<FLASHBACK>

i was 4 years old, and i had just started kindergarten at the local elementary school.  i was completely bored.  my teacher and parents agreed that in order to provide me with more of a challenge, i would be allowed to join the 1st/2nd grade class for reading and math lessons.  so, while all my kindergarten friends went home at lunch time, i stayed through the afternoon.  i still have vivid memories of sitting alone on the playground with my white vinyl holly hobby lunch box, eating lunch by myself.  every day.  i hated it.  so after a lot of thought (and criticism from family and friends), my parents made the decision to let me start 1st grade.

</FLASHBACK>

so yes, i started 1st grade at age 4.  i was always the youngest and smallest kid in class.  it never bothered me.  not once.  the only time i was really aware of the age difference was when my friends started getting their driver’s licenses and drove me all around town.  i couldn’t return the favor, and i knew i wouldn’t be able to for a long time.  oh, and in college, i needed a fake ID to get into DV8, an 18 and over club.  but overall, i did fine.  my peers were always 1-2 years older than me, but we barely noticed.  but is it because i was a girl?  would it be different for a boy hanging out with older girls?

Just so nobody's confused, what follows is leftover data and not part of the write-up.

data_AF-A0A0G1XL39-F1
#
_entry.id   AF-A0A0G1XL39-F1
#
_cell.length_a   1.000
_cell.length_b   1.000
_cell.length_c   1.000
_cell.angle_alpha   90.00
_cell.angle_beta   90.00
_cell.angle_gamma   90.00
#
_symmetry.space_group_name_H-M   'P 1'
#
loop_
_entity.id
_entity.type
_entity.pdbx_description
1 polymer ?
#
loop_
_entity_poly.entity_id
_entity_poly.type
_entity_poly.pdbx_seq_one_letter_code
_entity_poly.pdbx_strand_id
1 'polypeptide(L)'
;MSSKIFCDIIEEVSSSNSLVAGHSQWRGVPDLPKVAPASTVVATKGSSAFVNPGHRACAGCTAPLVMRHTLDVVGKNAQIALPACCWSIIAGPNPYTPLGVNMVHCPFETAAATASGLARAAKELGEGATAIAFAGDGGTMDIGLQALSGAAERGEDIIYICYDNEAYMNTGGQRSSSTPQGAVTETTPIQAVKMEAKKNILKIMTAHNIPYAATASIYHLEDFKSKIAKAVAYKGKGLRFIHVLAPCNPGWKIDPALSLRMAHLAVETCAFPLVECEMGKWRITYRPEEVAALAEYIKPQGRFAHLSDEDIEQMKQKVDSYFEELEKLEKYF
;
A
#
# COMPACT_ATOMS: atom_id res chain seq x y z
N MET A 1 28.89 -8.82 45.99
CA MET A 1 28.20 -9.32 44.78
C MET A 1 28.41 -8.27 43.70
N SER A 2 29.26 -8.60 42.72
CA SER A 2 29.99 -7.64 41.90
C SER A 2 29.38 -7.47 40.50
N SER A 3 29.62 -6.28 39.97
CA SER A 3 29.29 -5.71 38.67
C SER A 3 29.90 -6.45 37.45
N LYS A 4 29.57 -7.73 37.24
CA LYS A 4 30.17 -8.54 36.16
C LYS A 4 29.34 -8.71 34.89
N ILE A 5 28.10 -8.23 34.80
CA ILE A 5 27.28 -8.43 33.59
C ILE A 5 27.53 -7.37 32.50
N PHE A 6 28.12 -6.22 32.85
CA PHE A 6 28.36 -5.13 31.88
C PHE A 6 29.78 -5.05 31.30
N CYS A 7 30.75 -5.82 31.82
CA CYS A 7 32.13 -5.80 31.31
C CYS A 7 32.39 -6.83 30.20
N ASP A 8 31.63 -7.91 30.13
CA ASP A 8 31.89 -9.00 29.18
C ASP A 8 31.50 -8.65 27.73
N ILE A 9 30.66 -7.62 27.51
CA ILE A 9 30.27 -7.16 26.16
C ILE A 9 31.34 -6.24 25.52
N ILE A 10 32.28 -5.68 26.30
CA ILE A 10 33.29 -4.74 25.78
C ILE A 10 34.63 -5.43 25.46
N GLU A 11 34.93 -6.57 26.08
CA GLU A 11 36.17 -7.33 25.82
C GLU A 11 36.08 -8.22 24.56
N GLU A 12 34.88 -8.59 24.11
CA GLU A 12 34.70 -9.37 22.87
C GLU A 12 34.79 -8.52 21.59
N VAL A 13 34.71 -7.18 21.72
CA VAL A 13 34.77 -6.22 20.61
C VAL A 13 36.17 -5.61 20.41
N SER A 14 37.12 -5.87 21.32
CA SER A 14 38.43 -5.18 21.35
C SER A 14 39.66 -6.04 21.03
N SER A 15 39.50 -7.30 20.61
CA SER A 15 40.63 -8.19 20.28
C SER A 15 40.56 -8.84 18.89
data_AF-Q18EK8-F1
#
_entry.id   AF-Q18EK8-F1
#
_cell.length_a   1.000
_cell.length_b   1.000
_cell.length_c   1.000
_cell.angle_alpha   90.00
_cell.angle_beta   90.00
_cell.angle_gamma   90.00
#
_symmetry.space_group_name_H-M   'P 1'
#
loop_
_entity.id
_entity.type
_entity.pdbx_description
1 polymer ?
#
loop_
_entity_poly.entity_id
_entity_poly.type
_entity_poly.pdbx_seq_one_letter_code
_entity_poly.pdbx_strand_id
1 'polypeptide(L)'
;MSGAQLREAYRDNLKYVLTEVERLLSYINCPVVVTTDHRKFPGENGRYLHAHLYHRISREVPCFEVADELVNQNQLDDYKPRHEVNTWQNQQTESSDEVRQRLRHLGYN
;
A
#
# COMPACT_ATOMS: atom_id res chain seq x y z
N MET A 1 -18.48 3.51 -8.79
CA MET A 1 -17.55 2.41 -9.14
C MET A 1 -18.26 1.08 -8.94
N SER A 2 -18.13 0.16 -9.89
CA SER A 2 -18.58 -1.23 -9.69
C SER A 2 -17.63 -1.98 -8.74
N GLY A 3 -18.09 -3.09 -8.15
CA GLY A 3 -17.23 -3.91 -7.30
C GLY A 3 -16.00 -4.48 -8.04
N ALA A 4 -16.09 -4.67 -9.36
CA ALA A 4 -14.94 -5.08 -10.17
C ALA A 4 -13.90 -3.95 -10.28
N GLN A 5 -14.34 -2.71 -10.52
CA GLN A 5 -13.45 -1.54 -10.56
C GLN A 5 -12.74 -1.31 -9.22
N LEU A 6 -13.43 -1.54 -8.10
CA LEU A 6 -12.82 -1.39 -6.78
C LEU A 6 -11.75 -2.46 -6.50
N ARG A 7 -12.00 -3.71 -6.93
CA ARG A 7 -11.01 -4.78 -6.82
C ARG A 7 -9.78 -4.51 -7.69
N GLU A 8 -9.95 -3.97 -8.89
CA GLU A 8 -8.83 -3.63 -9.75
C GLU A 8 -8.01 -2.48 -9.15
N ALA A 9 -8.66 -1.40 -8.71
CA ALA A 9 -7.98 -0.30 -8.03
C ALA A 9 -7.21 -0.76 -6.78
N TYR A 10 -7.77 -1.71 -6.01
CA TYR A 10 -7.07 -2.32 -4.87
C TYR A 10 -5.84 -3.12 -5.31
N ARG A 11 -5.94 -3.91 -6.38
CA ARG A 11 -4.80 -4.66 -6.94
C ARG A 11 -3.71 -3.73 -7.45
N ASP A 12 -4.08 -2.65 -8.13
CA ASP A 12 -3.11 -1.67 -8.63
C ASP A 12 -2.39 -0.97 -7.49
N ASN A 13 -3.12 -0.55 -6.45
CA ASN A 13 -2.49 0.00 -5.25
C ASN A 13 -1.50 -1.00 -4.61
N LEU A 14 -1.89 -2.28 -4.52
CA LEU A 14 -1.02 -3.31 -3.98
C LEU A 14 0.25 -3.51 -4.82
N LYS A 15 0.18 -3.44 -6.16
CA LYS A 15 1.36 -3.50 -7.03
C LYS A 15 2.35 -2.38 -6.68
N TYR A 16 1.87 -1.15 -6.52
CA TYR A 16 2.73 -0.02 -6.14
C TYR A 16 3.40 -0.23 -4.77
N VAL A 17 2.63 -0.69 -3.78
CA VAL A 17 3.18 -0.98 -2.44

20131008-IMG_1838as a parent, i have always been extremely confident.  when i was pregnant with sienna, mike asked me if there was anything that i wanted to do differently with sienna than we did with kyden.  i said no.  i believed that every decision that we made as parents was 100% right.  not right for every family, but right for ours.  i have been confident in every decision we’ve made for/about our children.  until now.

this week, kyden is transitioning into the pre-K classroom.  academically, i know this is the right decision.  socially, he fits right in.  but what about the longer-term effects of all of those things that keep me up at night?  i just don’t know.  at the end of the week, we will need to make a decision about which classroom kyden will stay in for the remainder of the school year.

like any other parent, i just want what’s best for my kids.  and for the first time, i have no idea what that is.  anyone have a crystal ball that i can borrow? 🙂

comments, criticisms, and any other feedback are welcomed and appreciated!